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Shortt v. Director, Virginia Department of Corrections

United States District Court, W.D. Virginia, Roanoke Division

February 27, 2017

GARY SHORTT, Petitioner,
v.
DIRECTOR, VIRGINIA DEPARTMENT OF CORRECTIONS, Respondent.

          Gary Shortt, Pro Se Petitioner

          Eugene Murphy, Senior Assistant Attorney General, Richmond, Virginia, for Respondent.

          OPINION

          James P. Jones United States District Judge

         In this pro se Petition for a Writ of Habeas Corpus under 28 U.S.C. § 2254, the petitioner Gary Shortt, a Virginia inmate, contends that his due process rights were violated in connection with a state probation revocation proceeding. After review of the record, I conclude that the respondent's Motion to Dismiss must be granted, because Shortt's petition is untimely filed, procedurally barred, and without merit.

         I. Background.

         As a result of convictions in the Tazewell County Circuit Court in 1998 and 1999, Shortt incurred a lengthy suspended sentence. Probation Officer John Flynn wrote the state circuit judge, Donald Mullins, on January 27, 2000, requesting a probation revocation hearing because Shortt had failed drug tests, failed to maintain his employment, failed to notify his probation officer of his failure to maintain employment, and left the state of Virginia without permission. Judge Mullins approved the request. On July 26, 2000, authorities arrested Shortt and committed him to the Tazewell County jail. On August 18, 2000, attorney Shea Cook was appointed as counsel for the probation revocation hearing. The probation revocation hearing was originally set for August 29, 2000, but was continued. Before the revocation hearing was held, however, a Tazewell County grand jury indicted Shortt on multiple new felony counts. Attorney Rich Patterson was appointed to represent Shortt on the new charges, and on February 23, 2001, Shortt pleaded guilty to robbery, use of a firearm in a robbery, forty-nine counts of forgery, and two counts of grand larceny. Sentencing was scheduled for June 26, 2001.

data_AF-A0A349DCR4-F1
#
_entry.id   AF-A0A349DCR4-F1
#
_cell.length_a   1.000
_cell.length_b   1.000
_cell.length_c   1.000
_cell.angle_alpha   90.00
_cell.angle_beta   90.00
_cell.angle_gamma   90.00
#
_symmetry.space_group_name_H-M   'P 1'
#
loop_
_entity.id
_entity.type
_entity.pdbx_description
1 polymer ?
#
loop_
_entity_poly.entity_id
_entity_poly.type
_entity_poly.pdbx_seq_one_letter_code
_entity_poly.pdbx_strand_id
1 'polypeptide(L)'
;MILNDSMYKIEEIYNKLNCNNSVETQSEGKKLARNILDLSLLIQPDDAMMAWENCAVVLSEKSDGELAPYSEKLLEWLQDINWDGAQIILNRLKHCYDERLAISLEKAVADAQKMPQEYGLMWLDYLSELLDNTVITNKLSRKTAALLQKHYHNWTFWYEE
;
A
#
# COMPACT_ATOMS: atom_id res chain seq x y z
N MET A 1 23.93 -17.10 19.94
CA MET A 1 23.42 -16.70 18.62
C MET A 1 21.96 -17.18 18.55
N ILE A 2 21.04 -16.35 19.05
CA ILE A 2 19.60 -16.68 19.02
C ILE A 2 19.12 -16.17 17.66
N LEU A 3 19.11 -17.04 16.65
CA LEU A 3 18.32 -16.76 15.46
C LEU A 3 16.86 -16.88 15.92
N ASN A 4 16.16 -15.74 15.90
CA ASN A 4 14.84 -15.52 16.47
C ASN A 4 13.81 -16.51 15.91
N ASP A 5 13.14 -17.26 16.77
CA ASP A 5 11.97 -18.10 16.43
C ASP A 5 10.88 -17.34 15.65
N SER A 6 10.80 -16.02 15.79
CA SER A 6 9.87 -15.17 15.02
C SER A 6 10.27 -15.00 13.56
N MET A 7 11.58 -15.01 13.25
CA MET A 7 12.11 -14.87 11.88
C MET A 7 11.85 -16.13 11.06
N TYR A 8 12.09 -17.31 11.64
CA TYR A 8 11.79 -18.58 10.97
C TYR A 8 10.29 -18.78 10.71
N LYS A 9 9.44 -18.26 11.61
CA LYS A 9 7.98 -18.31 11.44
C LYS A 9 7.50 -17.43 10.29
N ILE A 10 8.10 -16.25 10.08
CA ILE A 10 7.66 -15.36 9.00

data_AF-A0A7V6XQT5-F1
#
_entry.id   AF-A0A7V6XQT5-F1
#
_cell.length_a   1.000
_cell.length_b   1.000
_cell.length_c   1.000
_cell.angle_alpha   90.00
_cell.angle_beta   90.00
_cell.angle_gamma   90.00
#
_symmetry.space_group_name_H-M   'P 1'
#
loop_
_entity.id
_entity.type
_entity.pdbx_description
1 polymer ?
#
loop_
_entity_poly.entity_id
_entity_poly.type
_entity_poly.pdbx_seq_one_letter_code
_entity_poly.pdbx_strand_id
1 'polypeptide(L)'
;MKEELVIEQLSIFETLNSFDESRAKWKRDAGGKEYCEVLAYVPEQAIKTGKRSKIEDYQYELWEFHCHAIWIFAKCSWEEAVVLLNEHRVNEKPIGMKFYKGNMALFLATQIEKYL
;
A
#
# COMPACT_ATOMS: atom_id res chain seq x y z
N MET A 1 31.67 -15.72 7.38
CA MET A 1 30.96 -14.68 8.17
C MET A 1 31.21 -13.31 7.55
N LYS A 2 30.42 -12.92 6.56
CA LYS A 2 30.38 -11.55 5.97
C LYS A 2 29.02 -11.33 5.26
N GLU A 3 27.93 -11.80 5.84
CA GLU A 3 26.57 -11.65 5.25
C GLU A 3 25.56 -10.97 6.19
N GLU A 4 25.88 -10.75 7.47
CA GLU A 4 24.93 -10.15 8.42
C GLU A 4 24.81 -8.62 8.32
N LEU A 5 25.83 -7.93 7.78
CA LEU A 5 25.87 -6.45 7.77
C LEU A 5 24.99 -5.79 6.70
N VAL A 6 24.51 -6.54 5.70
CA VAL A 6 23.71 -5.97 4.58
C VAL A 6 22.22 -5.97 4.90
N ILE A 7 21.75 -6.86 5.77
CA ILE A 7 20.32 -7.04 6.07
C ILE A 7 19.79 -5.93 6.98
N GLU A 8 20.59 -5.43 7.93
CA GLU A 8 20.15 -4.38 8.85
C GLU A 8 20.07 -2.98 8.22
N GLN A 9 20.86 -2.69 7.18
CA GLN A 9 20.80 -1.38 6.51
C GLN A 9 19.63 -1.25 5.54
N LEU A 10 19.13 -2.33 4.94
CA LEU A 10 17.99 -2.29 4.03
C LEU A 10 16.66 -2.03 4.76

Sentencing on the forgery, robbery, and grand larceny charges took place as scheduled, with Judge Mullins presiding and Patterson as Shortt's counsel.[1] On the same day, the court also held Shortt's probation revocation hearing; however, Shortt's probation revocation counsel (Cook) was not notified. Instead, Patterson appeared on Shortt's behalf in both the sentencing and the probation revocation hearings. Judge Mullins found Shortt guilty of violating the terms and conditions of his probation and revoked Shortt's suspended sentences. Shortly after the hearing, Judge Mullins retired from office without entering any written orders.

         On December 10, 2001, Circuit Judge Charles Smith entered a formal probation revocation order. On April 12, 2002, Circuit Judge Michael Moore entered an amended order of probation revocation that was made nunc pro tunc to December 10, 2001. Judge Moore's amendment included the indictment numbers for the suspended sentences, which Judge Smith had failed to include in his December 10, 2001 order.

         Shortt, through counsel, filed a petition for a writ of habeas corpus in the Tazewell County Circuit Court on November 4, 2003. On October 5, 2009, the court granted habeas relief on two of the nine claims that he raised: the court corrected an improper determination of credit for time served and allowed a delayed appeal of the probation revocation judgment. On March 30, 2010, Shortt appealed to the Supreme Court of Virginia regarding his seven dismissed habeas claims, but the court dismissed the petition for appeal on December 10, 2010, as not timely filed.

         Shortt filed a belated direct appeal of the probation revocation judgment to the Court of Appeals of Virginia, which the court denied on October 26, 2011. Shortt then filed an appeal to the Supreme Court of Virginia, but the court refused the appeal on April 4, 2012.

         On January 19, 2016, Shortt filed a Petition for a Writ of Habeas Corpus in this court, asserting the following due process claims:

A. He had no notice of the probation revocation hearing;
B. His counsel for the probation revocation hearing was not present;
C. No specific finding was made of which condition of probation was violated;
D. The revocation orders were entered by a judge different from the one who made the ...

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